The Solution:

There is an easy fix (which I found here and another Microsoft link here).  The basics in this article were good enough to get me started.  My desktop did not have the checkbox (allow the screen to auto-rotate) like the one pictured here.  This seems to only exist if you have a screen that flips as in a 2-in-1.
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Expert Comment

What was not in the article is why this is happening, this functionality is not part of Windows 7, 8, 10 etc by default.
Those hot keys are part of Intel Graphic and Media Control Panel and can be disabled (it is enabled by default), or if you want you can change key sequence (not recommended).
:)Intel Hot key
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Author Comment

by:Thomas Zucker-Scharff
Didn't know that.  I will investors and amend article of necessary.
There are more than twenty applications to turn Webcam into home and  small business security. Let's discuss one of the most easy ones to install.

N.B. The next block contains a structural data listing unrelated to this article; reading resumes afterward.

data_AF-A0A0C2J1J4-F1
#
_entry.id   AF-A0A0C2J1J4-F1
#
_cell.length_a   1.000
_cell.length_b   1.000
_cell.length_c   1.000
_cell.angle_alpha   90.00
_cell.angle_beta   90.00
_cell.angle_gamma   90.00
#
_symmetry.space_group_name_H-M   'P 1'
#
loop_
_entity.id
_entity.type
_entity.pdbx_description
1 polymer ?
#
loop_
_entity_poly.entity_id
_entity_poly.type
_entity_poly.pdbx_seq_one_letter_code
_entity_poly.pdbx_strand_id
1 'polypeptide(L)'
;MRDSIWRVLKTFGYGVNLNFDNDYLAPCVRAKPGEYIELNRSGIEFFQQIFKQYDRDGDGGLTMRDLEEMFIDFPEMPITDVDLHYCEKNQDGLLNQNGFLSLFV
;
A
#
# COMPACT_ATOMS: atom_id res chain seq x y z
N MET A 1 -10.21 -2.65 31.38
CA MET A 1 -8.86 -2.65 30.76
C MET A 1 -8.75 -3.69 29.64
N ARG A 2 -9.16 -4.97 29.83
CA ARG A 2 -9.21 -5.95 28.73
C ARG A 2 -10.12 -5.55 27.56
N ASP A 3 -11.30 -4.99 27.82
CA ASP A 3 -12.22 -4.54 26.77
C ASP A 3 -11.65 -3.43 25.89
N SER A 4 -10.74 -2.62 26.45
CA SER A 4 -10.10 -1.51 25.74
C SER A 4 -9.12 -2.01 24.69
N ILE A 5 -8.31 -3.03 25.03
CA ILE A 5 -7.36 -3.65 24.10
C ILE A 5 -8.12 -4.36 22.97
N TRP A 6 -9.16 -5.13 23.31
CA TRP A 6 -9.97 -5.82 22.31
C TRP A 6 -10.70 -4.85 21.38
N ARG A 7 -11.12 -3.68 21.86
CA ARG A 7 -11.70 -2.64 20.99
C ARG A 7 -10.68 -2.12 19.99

If you do not have already installed the drivers to the pc for your webcam, you'll need to do that first. Make sure your webcam is operational.

Then, you should get  at least four channels CCTV DVR security camera card for up to 16 different observation areas as shown following figure.A Four Port CCTV DVR Card The four channel card shall be plugged into motherboard of pc in an appropriate slot while power of pc is off .

Then install the Driver for your four channel card using the supplied installation disk to install the drivers on your pc by running the driver setup exe file. Some cards are "plug and play" but generally they will have an install disk. To achieve this process you should follow steps of setup file during installation.

Now, if drivers did not intstall correctly, the pc will not recognize the new card and webcam. This will need to be resolved first.

As the third step, our security system process requires us to get Software to establish the relationship between webCam and the card. To achieve this objective, install NetDVR  S/W to the pc. Typical view of the S/W is as follows :
Installed S/W and It's Screen ViewThen launch the S/W and make settings manually to arrange features such as motion detection, store  to hard disk, send e-mail, set burglar alarm, and calibrate sensitivity of the  web cam.